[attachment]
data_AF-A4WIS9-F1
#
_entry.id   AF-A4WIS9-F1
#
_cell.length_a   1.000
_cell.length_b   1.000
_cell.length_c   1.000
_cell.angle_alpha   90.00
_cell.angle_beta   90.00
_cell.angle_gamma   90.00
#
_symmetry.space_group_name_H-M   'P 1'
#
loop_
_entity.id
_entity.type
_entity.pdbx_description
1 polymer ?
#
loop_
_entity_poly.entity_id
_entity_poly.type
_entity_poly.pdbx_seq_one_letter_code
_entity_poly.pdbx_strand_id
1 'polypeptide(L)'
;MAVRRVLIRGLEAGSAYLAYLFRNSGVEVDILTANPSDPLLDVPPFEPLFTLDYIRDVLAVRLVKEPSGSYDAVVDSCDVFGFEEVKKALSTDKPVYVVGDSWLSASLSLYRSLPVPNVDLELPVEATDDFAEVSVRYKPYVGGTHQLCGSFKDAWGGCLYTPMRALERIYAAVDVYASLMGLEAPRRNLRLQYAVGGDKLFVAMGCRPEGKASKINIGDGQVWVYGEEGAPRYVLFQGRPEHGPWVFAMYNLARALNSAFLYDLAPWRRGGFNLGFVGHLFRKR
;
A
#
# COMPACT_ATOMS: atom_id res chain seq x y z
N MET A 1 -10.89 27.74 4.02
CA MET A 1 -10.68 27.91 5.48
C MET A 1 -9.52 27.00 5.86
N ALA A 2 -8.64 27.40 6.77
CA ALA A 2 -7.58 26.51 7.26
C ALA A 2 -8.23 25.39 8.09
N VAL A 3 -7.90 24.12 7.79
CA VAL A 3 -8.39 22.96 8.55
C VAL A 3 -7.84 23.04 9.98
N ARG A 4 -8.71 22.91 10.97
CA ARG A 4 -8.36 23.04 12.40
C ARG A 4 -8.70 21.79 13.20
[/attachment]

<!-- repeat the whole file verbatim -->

data_AF-A4WIS9-F1
#
_entry.id   AF-A4WIS9-F1
#
_cell.length_a   1.000
_cell.length_b   1.000
_cell.length_c   1.000
_cell.angle_alpha   90.00
_cell.angle_beta   90.00
_cell.angle_gamma   90.00
#
_symmetry.space_group_name_H-M   'P 1'
#
loop_
_entity.id
_entity.type
_entity.pdbx_description
1 polymer ?
#
loop_
_entity_poly.entity_id
_entity_poly.type
_entity_poly.pdbx_seq_one_letter_code
_entity_poly.pdbx_strand_id
1 'polypeptide(L)'
;MAVRRVLIRGLEAGSAYLAYLFRNSGVEVDILTANPSDPLLDVPPFEPLFTLDYIRDVLAVRLVKEPSGSYDAVVDSCDVFGFEEVKKALSTDKPVYVVGDSWLSASLSLYRSLPVPNVDLELPVEATDDFAEVSVRYKPYVGGTHQLCGSFKDAWGGCLYTPMRALERIYAAVDVYASLMGLEAPRRNLRLQYAVGGDKLFVAMGCRPEGKASKINIGDGQVWVYGEEGAPRYVLFQGRPEHGPWVFAMYNLARALNSAFLYDLAPWRRGGFNLGFVGHLFRKR
;
A
#
# COMPACT_ATOMS: atom_id res chain seq x y z
N MET A 1 -10.89 27.74 4.02
CA MET A 1 -10.68 27.91 5.48
C MET A 1 -9.52 27.00 5.86
N ALA A 2 -8.64 27.40 6.77
CA ALA A 2 -7.58 26.51 7.26
C ALA A 2 -8.23 25.39 8.09
N VAL A 3 -7.90 24.12 7.79
CA VAL A 3 -8.39 22.96 8.55
C VAL A 3 -7.84 23.04 9.98
N ARG A 4 -8.71 22.91 10.97
CA ARG A 4 -8.36 23.04 12.40
C ARG A 4 -8.70 21.79 13.20